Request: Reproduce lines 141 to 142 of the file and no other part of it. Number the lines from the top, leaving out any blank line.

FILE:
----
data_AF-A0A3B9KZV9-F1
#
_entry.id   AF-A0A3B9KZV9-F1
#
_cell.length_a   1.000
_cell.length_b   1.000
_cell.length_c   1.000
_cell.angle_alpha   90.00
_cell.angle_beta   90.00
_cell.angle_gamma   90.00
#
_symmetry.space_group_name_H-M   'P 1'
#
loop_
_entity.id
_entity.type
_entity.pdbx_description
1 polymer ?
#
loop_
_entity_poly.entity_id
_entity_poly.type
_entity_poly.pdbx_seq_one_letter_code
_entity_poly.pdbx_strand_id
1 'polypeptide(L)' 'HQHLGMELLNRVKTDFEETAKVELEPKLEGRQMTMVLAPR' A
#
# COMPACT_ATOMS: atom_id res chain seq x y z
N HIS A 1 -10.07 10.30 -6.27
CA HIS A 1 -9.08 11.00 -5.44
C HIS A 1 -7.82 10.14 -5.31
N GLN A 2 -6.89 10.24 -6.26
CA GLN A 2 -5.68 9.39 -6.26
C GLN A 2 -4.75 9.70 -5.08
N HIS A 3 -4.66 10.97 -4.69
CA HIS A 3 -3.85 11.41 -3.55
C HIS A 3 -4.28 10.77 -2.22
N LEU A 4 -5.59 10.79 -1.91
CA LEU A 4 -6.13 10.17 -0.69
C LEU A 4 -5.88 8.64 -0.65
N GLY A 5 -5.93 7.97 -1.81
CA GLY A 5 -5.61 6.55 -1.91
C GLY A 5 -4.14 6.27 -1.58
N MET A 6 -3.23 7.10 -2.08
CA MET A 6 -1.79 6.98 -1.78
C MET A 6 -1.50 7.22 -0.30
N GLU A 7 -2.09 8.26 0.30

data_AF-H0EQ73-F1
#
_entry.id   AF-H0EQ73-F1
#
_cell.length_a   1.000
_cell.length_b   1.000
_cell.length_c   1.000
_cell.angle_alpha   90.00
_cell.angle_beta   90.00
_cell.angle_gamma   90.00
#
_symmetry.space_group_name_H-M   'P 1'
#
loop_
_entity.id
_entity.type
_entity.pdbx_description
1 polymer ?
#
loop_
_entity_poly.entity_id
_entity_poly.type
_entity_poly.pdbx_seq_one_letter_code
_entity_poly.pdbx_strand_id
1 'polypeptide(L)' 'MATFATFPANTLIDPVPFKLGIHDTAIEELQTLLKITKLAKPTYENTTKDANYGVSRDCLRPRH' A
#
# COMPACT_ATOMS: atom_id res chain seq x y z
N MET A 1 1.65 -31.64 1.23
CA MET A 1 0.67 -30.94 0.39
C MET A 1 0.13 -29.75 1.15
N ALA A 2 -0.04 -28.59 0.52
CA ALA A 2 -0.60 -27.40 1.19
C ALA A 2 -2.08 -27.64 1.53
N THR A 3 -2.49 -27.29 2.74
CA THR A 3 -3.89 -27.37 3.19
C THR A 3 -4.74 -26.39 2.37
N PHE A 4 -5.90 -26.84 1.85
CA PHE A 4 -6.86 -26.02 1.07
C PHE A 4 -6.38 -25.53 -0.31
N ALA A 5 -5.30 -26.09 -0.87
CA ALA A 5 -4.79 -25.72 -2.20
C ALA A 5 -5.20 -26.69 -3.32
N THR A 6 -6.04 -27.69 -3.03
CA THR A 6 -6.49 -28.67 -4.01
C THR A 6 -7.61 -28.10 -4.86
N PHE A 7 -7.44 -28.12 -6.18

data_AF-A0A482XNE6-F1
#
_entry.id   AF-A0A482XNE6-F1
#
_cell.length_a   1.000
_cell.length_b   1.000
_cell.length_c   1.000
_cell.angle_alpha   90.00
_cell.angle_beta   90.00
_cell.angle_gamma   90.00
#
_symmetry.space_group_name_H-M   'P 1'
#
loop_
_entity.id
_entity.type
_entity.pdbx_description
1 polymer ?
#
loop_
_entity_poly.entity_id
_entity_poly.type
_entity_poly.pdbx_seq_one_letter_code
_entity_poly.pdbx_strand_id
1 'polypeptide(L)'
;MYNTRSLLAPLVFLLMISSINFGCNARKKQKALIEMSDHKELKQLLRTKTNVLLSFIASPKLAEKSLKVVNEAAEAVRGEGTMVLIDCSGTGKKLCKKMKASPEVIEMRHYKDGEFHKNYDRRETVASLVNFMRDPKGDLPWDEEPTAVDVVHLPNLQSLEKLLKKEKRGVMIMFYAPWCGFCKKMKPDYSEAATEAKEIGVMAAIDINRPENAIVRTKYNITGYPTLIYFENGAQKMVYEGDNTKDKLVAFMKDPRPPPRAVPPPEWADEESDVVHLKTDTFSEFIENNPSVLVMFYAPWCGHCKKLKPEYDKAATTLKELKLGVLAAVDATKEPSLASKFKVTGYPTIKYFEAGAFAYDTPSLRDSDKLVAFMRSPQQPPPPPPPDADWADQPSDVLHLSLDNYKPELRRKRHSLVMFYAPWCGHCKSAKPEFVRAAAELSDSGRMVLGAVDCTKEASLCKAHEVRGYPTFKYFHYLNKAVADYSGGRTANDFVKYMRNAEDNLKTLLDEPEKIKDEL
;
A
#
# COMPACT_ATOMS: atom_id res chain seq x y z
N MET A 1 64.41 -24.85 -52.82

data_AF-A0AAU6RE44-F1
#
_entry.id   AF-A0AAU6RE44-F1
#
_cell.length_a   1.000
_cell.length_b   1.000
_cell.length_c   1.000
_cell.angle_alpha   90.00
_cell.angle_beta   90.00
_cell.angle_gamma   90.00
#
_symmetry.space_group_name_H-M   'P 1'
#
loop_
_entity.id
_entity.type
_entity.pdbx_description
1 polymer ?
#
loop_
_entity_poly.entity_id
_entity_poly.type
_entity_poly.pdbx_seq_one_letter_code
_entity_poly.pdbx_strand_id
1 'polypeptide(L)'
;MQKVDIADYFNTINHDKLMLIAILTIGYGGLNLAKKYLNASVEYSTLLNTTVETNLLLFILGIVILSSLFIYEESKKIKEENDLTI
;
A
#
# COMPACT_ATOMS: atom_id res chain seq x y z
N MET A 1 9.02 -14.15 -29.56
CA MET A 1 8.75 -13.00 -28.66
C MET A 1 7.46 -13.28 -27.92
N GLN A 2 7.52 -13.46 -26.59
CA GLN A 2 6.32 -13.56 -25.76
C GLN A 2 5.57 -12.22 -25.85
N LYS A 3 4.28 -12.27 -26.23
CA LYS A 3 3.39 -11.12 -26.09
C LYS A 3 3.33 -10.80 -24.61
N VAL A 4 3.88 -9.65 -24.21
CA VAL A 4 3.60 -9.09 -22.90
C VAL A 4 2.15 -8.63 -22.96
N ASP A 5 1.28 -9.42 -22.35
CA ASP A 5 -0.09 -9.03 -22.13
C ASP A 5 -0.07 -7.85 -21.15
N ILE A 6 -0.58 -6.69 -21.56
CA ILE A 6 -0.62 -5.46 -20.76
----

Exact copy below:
1 polymer ?
#